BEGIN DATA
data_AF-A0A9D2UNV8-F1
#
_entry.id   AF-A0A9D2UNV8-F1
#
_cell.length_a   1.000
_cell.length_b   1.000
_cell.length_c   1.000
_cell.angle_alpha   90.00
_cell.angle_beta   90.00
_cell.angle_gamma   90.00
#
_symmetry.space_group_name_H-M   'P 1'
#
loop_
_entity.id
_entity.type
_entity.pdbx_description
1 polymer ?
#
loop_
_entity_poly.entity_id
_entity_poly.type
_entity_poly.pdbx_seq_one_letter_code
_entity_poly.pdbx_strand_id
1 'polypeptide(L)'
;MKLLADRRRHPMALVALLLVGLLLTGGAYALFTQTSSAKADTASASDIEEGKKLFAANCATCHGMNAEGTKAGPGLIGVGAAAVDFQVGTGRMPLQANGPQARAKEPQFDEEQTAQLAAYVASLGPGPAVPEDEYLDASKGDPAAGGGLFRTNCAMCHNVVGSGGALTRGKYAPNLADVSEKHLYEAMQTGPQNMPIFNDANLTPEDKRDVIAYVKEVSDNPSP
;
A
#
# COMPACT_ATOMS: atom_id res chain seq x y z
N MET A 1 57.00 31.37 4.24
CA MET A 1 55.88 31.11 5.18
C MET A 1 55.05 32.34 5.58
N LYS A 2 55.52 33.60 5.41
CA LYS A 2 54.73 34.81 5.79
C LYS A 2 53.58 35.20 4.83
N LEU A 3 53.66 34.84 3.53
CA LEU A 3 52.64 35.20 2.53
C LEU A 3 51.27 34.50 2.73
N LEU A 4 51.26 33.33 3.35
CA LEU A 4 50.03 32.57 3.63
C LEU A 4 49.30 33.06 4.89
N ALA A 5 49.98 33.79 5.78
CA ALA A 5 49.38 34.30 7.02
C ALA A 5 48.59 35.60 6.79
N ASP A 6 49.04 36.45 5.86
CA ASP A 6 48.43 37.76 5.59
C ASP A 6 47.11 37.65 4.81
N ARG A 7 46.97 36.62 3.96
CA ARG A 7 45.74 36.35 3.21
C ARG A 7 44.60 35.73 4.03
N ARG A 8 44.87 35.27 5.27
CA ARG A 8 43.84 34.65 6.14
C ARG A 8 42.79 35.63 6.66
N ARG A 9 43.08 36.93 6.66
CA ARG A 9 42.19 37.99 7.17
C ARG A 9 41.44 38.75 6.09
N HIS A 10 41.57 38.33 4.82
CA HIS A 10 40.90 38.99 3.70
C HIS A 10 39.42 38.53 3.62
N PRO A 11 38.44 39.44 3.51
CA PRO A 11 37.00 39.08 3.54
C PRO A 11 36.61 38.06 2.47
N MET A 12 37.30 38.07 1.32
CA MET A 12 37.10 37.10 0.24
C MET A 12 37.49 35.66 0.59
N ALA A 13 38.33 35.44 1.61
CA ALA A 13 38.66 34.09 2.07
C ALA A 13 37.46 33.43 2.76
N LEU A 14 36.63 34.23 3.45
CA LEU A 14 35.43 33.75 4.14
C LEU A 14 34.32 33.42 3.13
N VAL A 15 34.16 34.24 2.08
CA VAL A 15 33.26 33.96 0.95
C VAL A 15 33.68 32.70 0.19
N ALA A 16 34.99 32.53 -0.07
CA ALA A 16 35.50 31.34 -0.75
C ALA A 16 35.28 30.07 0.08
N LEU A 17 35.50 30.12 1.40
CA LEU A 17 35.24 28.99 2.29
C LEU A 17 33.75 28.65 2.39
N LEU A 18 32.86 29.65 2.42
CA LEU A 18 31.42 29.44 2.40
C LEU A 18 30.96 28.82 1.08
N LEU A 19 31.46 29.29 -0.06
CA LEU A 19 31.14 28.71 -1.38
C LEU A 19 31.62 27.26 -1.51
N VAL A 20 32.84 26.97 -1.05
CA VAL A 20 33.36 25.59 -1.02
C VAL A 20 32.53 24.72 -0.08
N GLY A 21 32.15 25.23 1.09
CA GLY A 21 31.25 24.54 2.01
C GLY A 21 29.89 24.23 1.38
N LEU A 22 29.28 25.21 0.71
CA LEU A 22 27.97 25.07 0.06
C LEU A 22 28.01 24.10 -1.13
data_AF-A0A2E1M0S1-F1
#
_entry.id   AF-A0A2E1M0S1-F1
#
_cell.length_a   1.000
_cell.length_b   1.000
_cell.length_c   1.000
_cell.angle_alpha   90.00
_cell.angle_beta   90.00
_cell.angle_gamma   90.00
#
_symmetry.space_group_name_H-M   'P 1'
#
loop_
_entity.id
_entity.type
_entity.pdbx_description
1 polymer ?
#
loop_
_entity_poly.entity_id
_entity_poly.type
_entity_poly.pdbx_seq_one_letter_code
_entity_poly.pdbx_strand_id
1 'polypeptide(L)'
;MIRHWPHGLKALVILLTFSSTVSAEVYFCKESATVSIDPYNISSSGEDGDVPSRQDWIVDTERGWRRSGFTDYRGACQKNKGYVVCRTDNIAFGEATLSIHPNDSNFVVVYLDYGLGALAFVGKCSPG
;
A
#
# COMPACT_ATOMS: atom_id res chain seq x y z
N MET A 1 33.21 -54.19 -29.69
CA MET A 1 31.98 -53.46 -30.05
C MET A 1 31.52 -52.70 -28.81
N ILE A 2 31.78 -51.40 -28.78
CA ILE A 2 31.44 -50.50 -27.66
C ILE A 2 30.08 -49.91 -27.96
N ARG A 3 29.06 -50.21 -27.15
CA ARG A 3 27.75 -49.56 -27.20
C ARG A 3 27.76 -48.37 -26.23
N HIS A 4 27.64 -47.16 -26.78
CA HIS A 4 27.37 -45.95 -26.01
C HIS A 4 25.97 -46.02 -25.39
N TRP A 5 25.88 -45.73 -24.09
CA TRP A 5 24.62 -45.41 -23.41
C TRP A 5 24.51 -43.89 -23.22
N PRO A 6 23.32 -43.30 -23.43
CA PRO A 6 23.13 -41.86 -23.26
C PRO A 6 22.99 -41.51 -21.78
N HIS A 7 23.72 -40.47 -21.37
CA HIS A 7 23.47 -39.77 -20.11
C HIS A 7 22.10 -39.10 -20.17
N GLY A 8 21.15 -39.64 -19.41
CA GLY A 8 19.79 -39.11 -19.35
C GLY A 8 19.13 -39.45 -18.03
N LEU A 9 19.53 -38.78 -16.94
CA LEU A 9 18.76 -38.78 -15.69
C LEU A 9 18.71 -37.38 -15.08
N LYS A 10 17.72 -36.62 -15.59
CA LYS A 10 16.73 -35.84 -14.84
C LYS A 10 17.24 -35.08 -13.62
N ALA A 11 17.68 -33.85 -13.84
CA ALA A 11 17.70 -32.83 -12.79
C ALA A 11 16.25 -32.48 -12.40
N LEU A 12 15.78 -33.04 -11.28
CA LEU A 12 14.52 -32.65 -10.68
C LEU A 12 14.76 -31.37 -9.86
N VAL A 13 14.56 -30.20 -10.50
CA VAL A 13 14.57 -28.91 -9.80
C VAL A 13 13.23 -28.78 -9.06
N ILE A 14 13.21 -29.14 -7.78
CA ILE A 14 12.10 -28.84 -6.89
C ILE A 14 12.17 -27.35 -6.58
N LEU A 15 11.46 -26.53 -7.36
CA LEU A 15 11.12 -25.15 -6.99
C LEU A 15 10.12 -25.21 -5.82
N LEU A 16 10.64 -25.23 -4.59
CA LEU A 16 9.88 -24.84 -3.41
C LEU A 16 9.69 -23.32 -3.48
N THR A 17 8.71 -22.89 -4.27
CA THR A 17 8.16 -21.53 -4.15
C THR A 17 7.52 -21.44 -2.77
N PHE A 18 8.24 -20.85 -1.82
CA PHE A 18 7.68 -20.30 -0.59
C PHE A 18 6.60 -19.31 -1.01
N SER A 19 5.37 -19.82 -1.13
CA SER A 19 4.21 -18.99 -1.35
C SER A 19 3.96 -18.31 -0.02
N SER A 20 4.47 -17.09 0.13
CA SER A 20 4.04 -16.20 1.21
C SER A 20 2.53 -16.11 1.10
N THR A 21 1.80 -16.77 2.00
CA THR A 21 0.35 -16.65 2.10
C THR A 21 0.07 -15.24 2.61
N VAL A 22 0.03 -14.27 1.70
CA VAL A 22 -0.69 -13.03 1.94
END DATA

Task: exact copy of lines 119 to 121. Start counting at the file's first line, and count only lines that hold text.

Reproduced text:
_entity_poly.pdbx_seq_one_letter_code
_entity_poly.pdbx_strand_id
1 'polypeptide(L)'